A case of absimilation “ Refugee roulette “ Who’ll guard the guards? “
Premature Islamophobe “ Re-inflating the housing bubble “ Collar and
cuffs “ Patriot Day lockdown “ Barely makes sense “ Govt. can’t annul
laws “ Tiger Mom “ The meaning of Derb.
More than half the country says they think pot should be legalized. This is due in part to a brilliant PR campaign that frames cannabis as a valuable medicinal herb instead of a party drug. “[T]he medical marijuana movement has refurbished cannabis’s image,” says a recent cover story in Fortune, “properly reorienting connotations away from intoxication and irresponsibility and toward wellness and spirituality.”
However, a funny thing happened on the way to the courthouse. As the talk of decriminalization became more mainstream, the drug itself became more hardcore. The cannabis they”re talking about legalizing today feels more like magic mushrooms than the joints people were smoking when the discussion began.
A Slate article from last month entitled “Not That High: Today’s Marijuana is Too Strong, and That’s Bad for New Business“ claims the technology has become so advanced, THC levels are now running at 25%.
I quit smoking weed because when you have kids, you need to be on call in case someone has a nightmare. You can”t tell your daughter monsters don”t exist when you”re starting to think that maybe they do.
I spoke to some young pot-smokers, and they all agree things have gotten out of hand. An intern named Dan told me he has to dilute his joints with 75% tobacco. Another said that she had to give up joints and that even one small puff of a one hitter can be too intense.
That’s all fine and dandy, but to really understand how intense marijuana has become I can”t merely harass kids all day. I need to try it. So I had a friend of a friend hook me up with a very strong strain called “Master Kush,” and I”m going to smoke it right now.
(The remainder of this article was written”and published unedited”after half a toke of today’s weed.)
A half hour has gone by and this is what happened. First of all. It’s very hard to type. I don”t think I could write with a pen. I had a big rip off a bong (I sound like a narc) and had a huge coughing fit that got so intense I honestly thought about calling 911. It was totally involuntary and it kept going on and on and on. People were laughing at first but then I could see them get concerned and that got me concerned. It was one of those coughs where you start thinking you”re going to barf but you never quite barf. Man, just thinking about it makes me want to barf.
I felt like I was going to throw up or maybe just have diarrhea so I went to the bathroom but nothing happened. I was still coughing at that point. The guy in the stall next to me must have thought I had the plague. I was acting like a guy in one of those virus outbreak movies where you see the first few people dying.
So, I come back to the couch and then things get really bad. I was panting and having a slow tortuous panic attack that made both my hands go numb with pins and needles. I took my shirt off and lay on the cold floor to cool down but then my feet went numb too. It was hell. And it kept getting worse. I was writhing around on the floor trying to find a position that didn”t feel like the world was going to end. The room was spinning and every time I opened my eyes, it felt like I was looking through someone else’s glasses. My friend said, “I”ve never seen pot do that to anyone before” and I could sort of laugh but it was hard work. I vascialted [sic] from panting panic attacks on the couch to lying on the floor to cool down. I started thinking about calling 911 again but the thought of being in a loud ambulance seemed too scary.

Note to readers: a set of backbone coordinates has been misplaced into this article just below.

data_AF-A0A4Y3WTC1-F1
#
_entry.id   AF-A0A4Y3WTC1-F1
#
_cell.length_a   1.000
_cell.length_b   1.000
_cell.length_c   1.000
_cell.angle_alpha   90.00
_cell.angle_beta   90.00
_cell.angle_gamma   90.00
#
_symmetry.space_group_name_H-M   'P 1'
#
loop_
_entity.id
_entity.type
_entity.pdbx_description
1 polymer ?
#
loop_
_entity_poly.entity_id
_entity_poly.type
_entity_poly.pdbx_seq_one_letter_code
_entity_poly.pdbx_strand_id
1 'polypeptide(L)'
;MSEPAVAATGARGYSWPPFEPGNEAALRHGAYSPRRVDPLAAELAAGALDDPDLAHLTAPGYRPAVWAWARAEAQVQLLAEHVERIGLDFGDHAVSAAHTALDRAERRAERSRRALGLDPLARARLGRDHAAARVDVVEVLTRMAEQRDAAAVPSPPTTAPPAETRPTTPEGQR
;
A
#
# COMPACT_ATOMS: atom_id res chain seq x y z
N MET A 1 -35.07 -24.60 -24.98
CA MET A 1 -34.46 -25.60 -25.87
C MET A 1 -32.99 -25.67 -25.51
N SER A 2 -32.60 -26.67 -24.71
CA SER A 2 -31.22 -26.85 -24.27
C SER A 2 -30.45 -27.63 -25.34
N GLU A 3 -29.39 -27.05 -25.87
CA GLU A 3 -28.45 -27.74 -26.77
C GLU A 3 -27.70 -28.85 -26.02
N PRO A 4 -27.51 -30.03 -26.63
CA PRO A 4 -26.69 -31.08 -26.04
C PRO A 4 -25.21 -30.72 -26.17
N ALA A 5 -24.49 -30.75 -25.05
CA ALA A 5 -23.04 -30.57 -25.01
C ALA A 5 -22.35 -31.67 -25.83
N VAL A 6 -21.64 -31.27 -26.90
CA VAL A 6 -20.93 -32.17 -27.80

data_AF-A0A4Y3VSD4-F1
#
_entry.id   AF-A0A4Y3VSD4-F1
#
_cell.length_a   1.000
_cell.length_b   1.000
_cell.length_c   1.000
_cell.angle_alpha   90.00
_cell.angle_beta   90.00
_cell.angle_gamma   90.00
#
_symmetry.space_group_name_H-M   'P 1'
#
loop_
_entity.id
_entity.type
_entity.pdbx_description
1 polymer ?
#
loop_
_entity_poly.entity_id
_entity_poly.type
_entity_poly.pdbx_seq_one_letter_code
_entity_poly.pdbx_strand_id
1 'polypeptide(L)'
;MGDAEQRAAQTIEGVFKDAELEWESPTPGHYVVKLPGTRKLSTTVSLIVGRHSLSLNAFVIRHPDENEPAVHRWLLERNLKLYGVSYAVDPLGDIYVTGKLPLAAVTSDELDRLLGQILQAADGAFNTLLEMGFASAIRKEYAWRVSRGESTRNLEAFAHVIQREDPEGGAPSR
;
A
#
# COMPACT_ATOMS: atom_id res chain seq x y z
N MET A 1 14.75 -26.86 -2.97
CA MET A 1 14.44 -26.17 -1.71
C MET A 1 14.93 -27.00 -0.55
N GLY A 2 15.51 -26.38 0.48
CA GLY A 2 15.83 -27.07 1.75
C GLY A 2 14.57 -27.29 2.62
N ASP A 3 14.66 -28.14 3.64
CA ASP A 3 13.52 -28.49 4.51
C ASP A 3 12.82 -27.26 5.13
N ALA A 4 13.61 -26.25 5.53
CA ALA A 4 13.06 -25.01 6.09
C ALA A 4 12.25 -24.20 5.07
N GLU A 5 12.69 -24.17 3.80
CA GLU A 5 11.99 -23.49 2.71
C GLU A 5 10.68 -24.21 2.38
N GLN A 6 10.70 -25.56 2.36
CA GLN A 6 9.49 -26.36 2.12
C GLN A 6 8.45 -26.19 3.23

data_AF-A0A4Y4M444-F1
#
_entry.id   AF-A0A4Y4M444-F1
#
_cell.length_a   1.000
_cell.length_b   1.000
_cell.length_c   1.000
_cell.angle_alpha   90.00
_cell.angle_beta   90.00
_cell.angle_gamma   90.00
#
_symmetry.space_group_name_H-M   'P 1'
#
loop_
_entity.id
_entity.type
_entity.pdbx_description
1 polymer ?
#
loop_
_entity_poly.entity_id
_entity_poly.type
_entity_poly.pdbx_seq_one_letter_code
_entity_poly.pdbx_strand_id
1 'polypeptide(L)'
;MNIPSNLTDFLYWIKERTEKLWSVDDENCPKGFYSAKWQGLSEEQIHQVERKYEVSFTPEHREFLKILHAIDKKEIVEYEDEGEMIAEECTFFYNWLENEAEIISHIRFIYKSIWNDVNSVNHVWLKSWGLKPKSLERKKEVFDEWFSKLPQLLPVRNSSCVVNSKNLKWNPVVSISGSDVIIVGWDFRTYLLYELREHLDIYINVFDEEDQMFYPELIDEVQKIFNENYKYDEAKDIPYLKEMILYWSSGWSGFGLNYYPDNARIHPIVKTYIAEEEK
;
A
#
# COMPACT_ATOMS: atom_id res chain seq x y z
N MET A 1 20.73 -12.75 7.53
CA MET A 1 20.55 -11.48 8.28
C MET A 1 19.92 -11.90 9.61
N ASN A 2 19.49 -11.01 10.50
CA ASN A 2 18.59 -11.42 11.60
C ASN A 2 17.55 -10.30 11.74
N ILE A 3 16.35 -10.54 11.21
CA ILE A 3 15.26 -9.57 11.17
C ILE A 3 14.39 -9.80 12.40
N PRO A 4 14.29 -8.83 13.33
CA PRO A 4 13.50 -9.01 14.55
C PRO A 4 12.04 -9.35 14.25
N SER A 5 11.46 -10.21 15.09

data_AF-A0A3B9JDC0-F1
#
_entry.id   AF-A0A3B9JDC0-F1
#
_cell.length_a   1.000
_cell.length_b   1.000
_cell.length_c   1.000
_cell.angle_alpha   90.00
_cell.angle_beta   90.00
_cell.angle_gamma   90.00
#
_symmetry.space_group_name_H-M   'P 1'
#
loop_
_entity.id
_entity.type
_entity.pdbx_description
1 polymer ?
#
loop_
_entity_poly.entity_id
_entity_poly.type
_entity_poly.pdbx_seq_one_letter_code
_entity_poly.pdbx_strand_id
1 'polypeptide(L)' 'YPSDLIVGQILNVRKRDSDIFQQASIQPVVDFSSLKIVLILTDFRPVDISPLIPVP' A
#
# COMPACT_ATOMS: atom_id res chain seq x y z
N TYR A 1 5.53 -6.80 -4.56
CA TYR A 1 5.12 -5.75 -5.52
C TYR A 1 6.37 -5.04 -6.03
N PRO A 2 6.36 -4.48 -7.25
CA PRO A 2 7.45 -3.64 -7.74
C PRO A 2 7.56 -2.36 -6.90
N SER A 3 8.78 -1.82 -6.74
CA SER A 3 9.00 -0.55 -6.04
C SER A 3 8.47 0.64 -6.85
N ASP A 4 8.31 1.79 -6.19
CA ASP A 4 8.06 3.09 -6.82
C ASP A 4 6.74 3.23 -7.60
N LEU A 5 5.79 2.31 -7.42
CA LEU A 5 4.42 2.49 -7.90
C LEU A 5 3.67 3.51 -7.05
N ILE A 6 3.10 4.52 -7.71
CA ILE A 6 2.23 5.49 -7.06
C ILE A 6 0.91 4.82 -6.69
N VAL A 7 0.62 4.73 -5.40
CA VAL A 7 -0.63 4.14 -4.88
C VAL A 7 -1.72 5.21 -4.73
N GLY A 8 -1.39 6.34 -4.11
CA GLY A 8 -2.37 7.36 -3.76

NEW YORK—The search for the two Chechen terrorists in Boston was nothing compared to mine for new digs in the Big Bagel. I accrued reams of knowledge while cruising the City that Never Sleeps with real-estate agents—did you know that New York has 5,200,000 trees? April is still cold and the branches are bare, but the pear and cherry trees are in full bloom and soon Manhattan will be under a green canopy.
On my way to judo at lunchtime and karate in the evening at Richard Amos’s dojo—he’s a Brit and has been teaching me now for 14 years—I witness the spring bird migration, with all sorts of species—they say more than 200—swooping into the Bagel on their way north. My favorites are the hawk on 74th Street atop 927 Fifth Avenue and the nesting peregrine falcons over the Brooklyn Bridge that sure no con man sells it to some unsuspecting Russki. And there’s always the friendly owl in the middle of Central Park—where I go to rest on Saturdays—who lives among the tall trees, tiny lake, and small streams of the 79th Street ramble.
The politicians made sure New York now resembles an African or Caribbean metropolis. This is no longer the city I once loved like no other, and that includes Paris, but it’s still an extraordinary sight, especially during the early hours coming home from a party in Brooklyn and seeing the skyline unfold with the dawn. Manhattan is still the place that screams, “This is where the money is,” while Brooklyn is now a middle-class borough full of baby carriages and men hurrying to work in suits on their bicycles.